What we end up with is an object collapsing more and more slowly as it tries to fit within its Schwarzschild radius, and this almost EH area becomes extended as more material falls onto it. The almost-EH is not a surface, but a whole volume of the collapsing mass, with never enough mass within that radius to actually form an event horizon.

Here are some big guns to back up this picture of events:

“What would happen if you fall in? As seen from the outside, you would take an infinite amount of time to fall in, because all your clocks – mechanical and biological – would be perceived as having stopped’”

- Carl Sagan “Cosmos”, 1981

“ .. a critical radius, now called the “Schwarzschild radius,” at which time is infinitely dilated.”

- Paul Davies “About Time”, 1995

“From the standpoint of an outside observer, time grinds to a halt at the event horizon.”

- Timothy Ferris “The Whole Shebang”, 1997

“The closer we are to the event horizon, the slower time ticks away for the external observer. The tempo dies down completely on the boundary of the black hole.”

- Igor Novikov “The River of Time”, 1998

“When all thermonuclear sources of energy are exhausted a sufficiently heavy star will collapse. This contraction will continue indefinitely till the radius of the star approaches asymptotically its gravitational radius.”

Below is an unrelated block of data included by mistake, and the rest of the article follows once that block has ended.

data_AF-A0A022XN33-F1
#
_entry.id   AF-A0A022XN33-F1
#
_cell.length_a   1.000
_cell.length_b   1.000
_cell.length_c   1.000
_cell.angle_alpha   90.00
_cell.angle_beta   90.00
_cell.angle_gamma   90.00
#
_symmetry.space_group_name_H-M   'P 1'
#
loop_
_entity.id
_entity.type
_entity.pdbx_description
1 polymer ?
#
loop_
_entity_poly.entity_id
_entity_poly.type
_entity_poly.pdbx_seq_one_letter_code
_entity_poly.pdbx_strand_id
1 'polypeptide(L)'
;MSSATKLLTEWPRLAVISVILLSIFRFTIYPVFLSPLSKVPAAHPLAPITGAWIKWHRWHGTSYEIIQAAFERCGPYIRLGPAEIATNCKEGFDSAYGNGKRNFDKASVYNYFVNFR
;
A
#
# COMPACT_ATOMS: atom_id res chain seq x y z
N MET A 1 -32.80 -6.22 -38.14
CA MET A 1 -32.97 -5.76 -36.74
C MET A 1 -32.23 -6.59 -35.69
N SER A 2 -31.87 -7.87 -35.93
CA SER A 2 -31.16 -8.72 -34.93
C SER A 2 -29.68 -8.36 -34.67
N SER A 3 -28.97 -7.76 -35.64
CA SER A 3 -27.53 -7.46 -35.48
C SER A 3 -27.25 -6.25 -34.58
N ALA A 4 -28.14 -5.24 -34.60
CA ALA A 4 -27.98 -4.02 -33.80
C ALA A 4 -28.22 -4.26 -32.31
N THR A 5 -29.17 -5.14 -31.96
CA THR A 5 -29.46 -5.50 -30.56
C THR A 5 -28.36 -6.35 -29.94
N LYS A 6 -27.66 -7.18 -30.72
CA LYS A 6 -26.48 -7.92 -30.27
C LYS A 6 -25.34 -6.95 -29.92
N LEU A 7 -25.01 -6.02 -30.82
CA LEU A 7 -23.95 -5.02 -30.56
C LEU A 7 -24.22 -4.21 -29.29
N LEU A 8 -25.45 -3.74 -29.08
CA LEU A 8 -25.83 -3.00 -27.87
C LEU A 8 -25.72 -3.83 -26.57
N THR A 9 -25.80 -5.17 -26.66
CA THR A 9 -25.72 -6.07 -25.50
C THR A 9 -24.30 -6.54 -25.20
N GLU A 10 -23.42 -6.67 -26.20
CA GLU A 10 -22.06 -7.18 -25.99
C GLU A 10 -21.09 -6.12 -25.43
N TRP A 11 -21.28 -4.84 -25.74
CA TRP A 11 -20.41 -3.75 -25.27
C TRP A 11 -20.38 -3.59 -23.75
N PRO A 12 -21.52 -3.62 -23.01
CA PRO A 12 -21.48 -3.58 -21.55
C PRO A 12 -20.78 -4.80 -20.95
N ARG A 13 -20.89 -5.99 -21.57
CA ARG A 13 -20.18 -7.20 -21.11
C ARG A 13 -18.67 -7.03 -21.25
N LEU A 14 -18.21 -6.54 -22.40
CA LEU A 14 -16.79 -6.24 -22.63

- Oppenheimer and Snyder “Phys.Rev. 56,455” 1939

“According to the clocks of a distant observer the radius of the contracting body only approaches the gravitational radius as t -> infinity.”

- Landau and Lifschitz “The Classical Theory of Fields”, 1971

“What looks like a black hole is “in reality” a star frozen in the very late stages of collapse.”

- Paul Davies “About Time”, 1995

“At the stage of becoming a black hole, time dilatation reaches infinity.”

- Jayant Narlikar

In all his writings, Fred Hoyle referred to them as “near black holes”.

The problem, as I see it, is that everyone has become obsessed with the time frame of a falling observer, because it is mathematically so much more interesting. Frozen stars are very dull. And so many people do not realize that all the black hole phenomena do not occur in the universe we live in, but only beyond the far end of time when the universe is infinitely old.

At this point I would like to mention different time dilation processes which occur. For a static object, suspended near R0 (not possible, I know!), we would only observe the gravitational time dilation. For a falling object we have, added to this, the Doppler effect due to the speed of the object away from us, and another apparent dilation due to the longer and longer time it takes for light signals to escape the gravity as the object moves in. This last light signal delay is often confused with the delay effect of gravity itself.

Now, just out is interest, I will add some figures to the time dilation process.

Einstein’s General Relativity states that relative to a remote viewer, time is dilated in a gravitational field, and in the Schwarzschild metric the dilation in the vicinity of a non-rotating massive spherically-symmetric object is governed by the formula

dT/dt = √(1 - r0/r)

where dT = proper time interval of the falling object

dt= time interval observed by remote viewer

r = distance from the centre of the black hole

r0 = Schwarzschild radius of the black hole.

To simplify calculations, I will replace r with r0+dr, so that dr is the distance from the Schwarzschild event horizon.

Then (1 – r0/r) = ((r0 + dr)/(r0+dr) – r0/(r0+dr)) = (dr/(r0+dr)) = dr/r0 for dr<<r0.

And so, close in to the Schwarzschild radius,

dT/dt= √(dr/r0)